Causes of Sleep Deprivation

Dominique W. Brooks
Tired Woman

Sleep deprivation has become a significant health problem in the United States. Over time, not getting enough sleep can lead to illnesses or an increased risk of injury. Knowing why it's happening can help you to overcome this serious problem.

Physical Causes

In some cases, managing the physical condition may improve the sleep deprivation. Other situations like pregnancy may require modifying one's lifestyle to improve sleep.

Medical Conditions

Some physical conditions can lead to sleep deprivation. Some examples include:

  • Asthma: Asthma can cause nighttime coughing, wheezing, and shortness of breath which can interfere with sleep.
  • Chronic pain: Conditions that cause chronic pain like back issues, arthritis, or fibromyalgia can make it difficult to sleep at night. Also, pain gets worse when you don't sleep so it can become a vicious cycle.
  • Gastroesophageal reflux disorder (GERD): For people with GERD, acid may creep into the esophagus once they lay down at night; this can lead to heartburn and pain which can make it impossible to sleep.

Hormone Fluctuations

Women may suffer from sleep deprivation at different times in life due to hormone fluctuations. Premenstrual syndrome, pregnancy, and menopause can all cause sleep deprivation.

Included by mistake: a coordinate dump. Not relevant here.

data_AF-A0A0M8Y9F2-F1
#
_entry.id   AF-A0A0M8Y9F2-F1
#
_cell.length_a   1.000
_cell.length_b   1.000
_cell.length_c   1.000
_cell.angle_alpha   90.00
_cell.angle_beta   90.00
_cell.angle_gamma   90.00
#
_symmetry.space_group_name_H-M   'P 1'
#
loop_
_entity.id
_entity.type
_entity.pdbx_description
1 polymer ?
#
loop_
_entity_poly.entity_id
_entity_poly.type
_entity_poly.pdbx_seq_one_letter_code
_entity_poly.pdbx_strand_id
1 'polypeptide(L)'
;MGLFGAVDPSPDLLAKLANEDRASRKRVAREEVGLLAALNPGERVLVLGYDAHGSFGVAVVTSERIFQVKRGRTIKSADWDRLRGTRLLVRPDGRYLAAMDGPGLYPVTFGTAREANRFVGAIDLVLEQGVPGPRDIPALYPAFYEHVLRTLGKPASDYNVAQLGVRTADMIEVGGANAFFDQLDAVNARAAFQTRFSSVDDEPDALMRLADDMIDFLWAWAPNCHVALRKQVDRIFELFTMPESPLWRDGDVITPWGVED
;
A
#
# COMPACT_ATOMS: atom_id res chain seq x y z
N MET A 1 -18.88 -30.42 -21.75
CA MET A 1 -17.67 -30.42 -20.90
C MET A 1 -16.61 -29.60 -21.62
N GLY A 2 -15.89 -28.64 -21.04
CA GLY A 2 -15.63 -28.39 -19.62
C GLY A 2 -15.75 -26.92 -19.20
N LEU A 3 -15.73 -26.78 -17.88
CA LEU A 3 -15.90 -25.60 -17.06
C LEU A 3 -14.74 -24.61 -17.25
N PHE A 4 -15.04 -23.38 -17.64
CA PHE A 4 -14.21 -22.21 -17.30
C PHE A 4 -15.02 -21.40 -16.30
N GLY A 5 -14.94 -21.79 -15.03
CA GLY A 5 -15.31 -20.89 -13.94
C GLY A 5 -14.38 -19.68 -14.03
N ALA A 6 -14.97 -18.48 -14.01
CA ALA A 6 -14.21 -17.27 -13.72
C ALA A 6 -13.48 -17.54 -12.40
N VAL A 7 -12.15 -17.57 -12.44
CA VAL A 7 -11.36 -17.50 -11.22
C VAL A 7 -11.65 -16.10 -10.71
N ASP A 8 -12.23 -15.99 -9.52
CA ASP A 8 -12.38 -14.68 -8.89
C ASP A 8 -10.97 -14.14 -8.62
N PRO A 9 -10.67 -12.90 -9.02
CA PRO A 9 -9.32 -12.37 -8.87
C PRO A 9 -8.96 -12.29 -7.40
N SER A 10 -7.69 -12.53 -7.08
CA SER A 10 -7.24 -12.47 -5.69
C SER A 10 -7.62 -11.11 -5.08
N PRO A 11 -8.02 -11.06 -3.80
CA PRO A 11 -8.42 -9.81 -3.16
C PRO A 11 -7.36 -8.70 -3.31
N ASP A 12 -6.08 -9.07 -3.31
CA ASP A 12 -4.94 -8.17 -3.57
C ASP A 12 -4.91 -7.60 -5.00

Clinical Sleep Disorders

Sleep disorders can interfere with normal sleep rhythms and the quality of sleep that you do get.

  • Insomnia: In insomnia, you are unable to get enough sleep. There may be problems in falling asleep or staying asleep which can be caused by a variety of environmental, physical, or psychological issues.
  • Sleep apnea: In sleep apnea, you stop breathing periodically throughout the night. Because of this, you wake up over and over again throughout the night, although you may not realize it. This causes insufficient and ineffective sleep and sleep deprivation; this condition also can lead to significant health problems on its own if not treated.
  • Restless Leg Syndrome (RLS): RLS, a disorder in which the person feels the need to move the legs, typically interferes with sleep and can lead to sleep deprivation.

Medication Causes

Not only can medical conditions lead to sleep deprivation, but so can some of the medications you take.

Prescription Medications

While medications are often beneficial for the conditions they are prescribed to manage, some may also cause insomnia, tiredness and the inability to fall asleep. Some medications that might interfere with sleep include:

  • Steroids
  • Beta-blockers
  • Opioids
  • Allergy medications
  • Long term use of sleeping pills

Non-Prescription Supplements

Over the counter (OTC) supplements can also have an impact of sleep as well.

  • OTC decongestants
  • Weight loss supplements
  • Ginseng
  • Guarana
  • Vitamins like B6 or B12

Don't stop taking a prescription medication without talking to your doctor first. Doctors may offer other medicine options, or may alter the dosage to stop the sleep deprivation in affected people. If you are having sleep problems, make sure to tell your doctor about all of the medications that you are taking including over the counter or herbal supplements.

Lifestyle Causes

Other causes of sleep deprivation can include the lifestyle that you lead or your environment and surroundings.

Lifestyle